In the next day’s paper, the testimonies of various witnesses are described: some agree, such as that the old woman sometimes gave fortunes for a living, and that the pair had quite a bit of money saved, and that they kept very much to themselves and were hardly seen out. But most of the witnesses say slightly different things about the voices that were heard as they were approaching the scene. A policeman describes the shrieks as coming probably from two people, one rough, one much more shrill, and thought the former could have been French. Others believe they hear an Italian voice, others assume a foreign tongue, are unable to translate.
The narrator draws attention to the disparities in the long list of testimonies. Nobody can decide on what happened or even what language was being spoken, leaving the suspects very much elusive. The description of the women is more stable between the testimonies and paints a picture of a quiet pair. Their isolation as well as the lack of other relatives and friends to care about them begs the question of what motivated the murders.
The testimonies paint a picture of the house as being very difficult to get access to. The young woman’s chamber was locked from the inside, and the windows locked too. Everybody is confused, including the police. There does not seem to be a single piece of evidence of the murderer. The follow-up article reports another search, but no further evidence found, and one man called Le Bon arrested but without much reason. Dupin seems very interested in the process of the investigation and asks the narrator for his thoughts, but the narrator can add nothing.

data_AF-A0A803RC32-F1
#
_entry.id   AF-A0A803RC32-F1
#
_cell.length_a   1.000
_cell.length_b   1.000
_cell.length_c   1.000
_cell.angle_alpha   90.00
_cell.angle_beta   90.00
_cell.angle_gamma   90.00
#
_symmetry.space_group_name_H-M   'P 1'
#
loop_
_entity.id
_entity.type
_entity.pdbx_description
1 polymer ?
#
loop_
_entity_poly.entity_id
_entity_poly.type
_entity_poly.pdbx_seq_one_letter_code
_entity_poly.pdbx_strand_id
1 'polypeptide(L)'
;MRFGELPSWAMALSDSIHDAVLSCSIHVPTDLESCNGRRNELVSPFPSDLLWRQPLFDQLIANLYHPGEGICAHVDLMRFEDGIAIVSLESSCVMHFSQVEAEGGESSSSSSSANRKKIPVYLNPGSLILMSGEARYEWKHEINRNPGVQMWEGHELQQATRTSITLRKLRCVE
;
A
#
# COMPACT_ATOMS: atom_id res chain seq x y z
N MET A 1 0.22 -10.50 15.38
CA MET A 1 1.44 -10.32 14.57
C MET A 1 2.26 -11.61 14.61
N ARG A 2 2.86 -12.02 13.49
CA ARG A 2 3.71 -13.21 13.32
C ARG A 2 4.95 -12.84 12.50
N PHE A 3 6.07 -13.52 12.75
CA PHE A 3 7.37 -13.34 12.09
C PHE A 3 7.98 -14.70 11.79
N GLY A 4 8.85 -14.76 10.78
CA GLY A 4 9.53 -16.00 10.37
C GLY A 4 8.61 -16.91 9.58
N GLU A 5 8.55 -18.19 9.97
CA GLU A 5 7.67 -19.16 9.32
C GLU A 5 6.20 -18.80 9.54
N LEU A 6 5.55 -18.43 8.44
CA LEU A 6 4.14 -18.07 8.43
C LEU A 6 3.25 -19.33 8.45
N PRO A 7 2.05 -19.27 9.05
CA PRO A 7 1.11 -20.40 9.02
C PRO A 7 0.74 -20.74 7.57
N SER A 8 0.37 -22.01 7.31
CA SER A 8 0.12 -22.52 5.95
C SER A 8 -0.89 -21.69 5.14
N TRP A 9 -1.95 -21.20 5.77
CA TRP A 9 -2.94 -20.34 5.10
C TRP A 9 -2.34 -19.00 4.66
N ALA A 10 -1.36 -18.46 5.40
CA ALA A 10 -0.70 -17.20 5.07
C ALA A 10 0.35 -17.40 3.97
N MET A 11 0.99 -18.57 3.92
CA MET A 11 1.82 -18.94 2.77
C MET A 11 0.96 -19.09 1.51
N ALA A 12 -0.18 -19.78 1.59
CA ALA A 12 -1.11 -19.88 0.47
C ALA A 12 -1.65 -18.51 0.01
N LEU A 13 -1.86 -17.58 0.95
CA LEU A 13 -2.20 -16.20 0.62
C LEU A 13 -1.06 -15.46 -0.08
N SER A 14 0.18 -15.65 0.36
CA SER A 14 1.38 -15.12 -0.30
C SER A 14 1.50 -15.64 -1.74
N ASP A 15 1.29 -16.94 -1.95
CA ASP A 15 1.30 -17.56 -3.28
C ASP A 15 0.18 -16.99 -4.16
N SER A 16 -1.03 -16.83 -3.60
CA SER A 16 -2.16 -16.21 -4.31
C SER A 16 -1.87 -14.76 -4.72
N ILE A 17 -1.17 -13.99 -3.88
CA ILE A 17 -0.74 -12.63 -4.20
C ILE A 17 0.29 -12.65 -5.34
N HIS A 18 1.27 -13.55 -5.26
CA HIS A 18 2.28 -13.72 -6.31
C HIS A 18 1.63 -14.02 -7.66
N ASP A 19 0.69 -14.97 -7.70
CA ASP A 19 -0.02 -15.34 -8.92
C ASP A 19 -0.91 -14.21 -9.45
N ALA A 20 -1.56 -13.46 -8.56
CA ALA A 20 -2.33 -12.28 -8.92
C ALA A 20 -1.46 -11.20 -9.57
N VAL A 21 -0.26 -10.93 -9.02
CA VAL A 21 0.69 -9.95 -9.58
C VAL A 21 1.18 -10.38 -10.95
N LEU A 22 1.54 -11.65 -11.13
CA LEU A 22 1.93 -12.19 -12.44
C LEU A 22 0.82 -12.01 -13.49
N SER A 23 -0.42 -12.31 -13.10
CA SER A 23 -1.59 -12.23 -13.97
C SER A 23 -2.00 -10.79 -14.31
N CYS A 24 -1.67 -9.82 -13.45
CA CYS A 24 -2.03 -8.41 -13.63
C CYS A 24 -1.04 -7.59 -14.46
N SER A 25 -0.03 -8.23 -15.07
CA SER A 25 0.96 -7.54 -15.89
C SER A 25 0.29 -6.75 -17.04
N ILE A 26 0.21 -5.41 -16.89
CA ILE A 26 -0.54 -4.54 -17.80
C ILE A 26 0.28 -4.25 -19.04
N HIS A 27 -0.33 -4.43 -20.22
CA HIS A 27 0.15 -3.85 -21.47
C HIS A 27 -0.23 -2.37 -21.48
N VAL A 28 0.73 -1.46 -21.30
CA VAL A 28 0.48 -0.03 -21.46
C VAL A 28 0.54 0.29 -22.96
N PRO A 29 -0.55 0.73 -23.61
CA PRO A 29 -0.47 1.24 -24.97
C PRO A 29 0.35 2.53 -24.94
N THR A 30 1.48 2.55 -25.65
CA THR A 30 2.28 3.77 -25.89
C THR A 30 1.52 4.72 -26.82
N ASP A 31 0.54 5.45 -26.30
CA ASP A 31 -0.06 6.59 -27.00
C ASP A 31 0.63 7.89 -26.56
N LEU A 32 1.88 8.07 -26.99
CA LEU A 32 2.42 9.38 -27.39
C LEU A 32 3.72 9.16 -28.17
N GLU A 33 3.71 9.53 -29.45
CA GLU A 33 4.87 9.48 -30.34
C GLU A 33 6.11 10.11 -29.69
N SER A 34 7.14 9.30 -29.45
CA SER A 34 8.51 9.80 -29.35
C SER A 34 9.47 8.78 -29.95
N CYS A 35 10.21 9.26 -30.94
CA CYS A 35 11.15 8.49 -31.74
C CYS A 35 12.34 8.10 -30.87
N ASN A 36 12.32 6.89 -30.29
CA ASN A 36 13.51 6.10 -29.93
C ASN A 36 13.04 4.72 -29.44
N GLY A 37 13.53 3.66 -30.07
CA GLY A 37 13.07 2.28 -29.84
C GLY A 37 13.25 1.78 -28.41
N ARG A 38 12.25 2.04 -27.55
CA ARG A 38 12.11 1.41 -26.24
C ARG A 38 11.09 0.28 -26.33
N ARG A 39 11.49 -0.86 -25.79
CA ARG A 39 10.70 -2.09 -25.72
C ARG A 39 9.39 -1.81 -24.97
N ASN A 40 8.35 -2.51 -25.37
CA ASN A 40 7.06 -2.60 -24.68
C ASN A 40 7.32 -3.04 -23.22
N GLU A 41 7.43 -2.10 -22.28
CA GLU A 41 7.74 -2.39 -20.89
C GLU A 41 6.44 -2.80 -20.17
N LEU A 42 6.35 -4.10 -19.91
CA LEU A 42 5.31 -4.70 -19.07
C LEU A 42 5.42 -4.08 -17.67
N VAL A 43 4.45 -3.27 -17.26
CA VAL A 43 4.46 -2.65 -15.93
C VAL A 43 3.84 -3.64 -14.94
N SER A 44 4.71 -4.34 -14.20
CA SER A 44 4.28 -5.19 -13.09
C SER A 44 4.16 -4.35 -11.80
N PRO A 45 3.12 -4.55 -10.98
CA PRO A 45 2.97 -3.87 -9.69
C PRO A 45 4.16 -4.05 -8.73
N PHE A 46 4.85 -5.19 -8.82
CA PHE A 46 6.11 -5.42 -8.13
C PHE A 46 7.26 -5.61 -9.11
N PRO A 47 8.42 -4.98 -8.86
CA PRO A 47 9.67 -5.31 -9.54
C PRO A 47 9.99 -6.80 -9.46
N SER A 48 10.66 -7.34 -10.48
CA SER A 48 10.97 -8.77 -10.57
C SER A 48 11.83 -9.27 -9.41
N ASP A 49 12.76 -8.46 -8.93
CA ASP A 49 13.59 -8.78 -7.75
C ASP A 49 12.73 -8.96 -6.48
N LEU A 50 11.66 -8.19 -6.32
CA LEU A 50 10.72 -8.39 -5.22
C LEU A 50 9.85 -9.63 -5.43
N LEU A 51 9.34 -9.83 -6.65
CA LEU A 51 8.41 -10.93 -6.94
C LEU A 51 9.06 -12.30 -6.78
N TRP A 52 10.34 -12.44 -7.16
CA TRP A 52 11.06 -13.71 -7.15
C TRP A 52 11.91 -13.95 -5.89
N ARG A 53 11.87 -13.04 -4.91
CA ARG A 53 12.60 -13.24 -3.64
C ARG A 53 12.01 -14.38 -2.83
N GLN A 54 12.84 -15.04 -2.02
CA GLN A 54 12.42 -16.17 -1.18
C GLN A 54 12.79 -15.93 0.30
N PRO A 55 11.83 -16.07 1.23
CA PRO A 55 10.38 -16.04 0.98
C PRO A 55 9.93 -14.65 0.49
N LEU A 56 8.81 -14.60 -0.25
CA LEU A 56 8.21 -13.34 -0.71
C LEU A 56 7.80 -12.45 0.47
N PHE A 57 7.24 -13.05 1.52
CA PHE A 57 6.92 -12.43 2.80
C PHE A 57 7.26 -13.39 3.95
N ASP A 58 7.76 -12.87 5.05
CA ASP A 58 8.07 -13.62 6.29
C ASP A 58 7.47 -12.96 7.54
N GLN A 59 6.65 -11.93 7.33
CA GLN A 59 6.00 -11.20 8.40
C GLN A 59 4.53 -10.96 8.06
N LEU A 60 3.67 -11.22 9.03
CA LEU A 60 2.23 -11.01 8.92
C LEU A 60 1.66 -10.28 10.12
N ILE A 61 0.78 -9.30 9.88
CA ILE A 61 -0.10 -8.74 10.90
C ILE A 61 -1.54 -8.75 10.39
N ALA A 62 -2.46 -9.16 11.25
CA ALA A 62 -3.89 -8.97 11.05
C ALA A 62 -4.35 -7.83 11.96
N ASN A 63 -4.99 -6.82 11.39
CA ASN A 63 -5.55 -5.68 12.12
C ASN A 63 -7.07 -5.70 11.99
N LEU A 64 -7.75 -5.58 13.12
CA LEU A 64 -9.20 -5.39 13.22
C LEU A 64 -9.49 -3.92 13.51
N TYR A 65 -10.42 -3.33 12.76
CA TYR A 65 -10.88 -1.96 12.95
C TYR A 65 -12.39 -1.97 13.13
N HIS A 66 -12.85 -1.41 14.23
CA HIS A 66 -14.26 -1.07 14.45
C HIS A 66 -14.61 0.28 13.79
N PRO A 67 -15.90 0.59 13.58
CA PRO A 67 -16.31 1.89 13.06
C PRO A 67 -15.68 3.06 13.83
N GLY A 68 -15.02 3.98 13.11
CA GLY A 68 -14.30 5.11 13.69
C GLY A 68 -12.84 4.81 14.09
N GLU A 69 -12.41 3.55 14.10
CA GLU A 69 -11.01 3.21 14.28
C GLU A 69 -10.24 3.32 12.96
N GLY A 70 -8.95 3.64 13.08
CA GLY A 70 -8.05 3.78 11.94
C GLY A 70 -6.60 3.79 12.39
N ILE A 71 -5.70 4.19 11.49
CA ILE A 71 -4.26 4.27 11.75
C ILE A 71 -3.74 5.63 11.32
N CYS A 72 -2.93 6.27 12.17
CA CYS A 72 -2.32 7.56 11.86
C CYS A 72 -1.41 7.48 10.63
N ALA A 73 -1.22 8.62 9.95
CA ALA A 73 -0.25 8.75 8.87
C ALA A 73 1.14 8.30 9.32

By introducing the idea of an inept police force, Poe introduces the "thorough and well-reasoned" intellect, in contrast to Dupin's sensitive analysis. Such mundane thorough reasoning can do nothing in the face of the inexplicable. Dupin, however, who treats the whole thing like game, seems more confident.
Dupin says that the crime cannot be judged on the inept way that the investigation has been carried out by the police. He says that the police operate with diligence and thoroughness, but when these qualities don’t suit the situation, then the police miss the point entirely. He compares it with Vidocq, a detective who often looked at things too closely and missed the bigger picture. Dupin says that by viewing a star in one’s peripheral vision, thereby letting its radiance affect you, a far truer picture of the star is gained.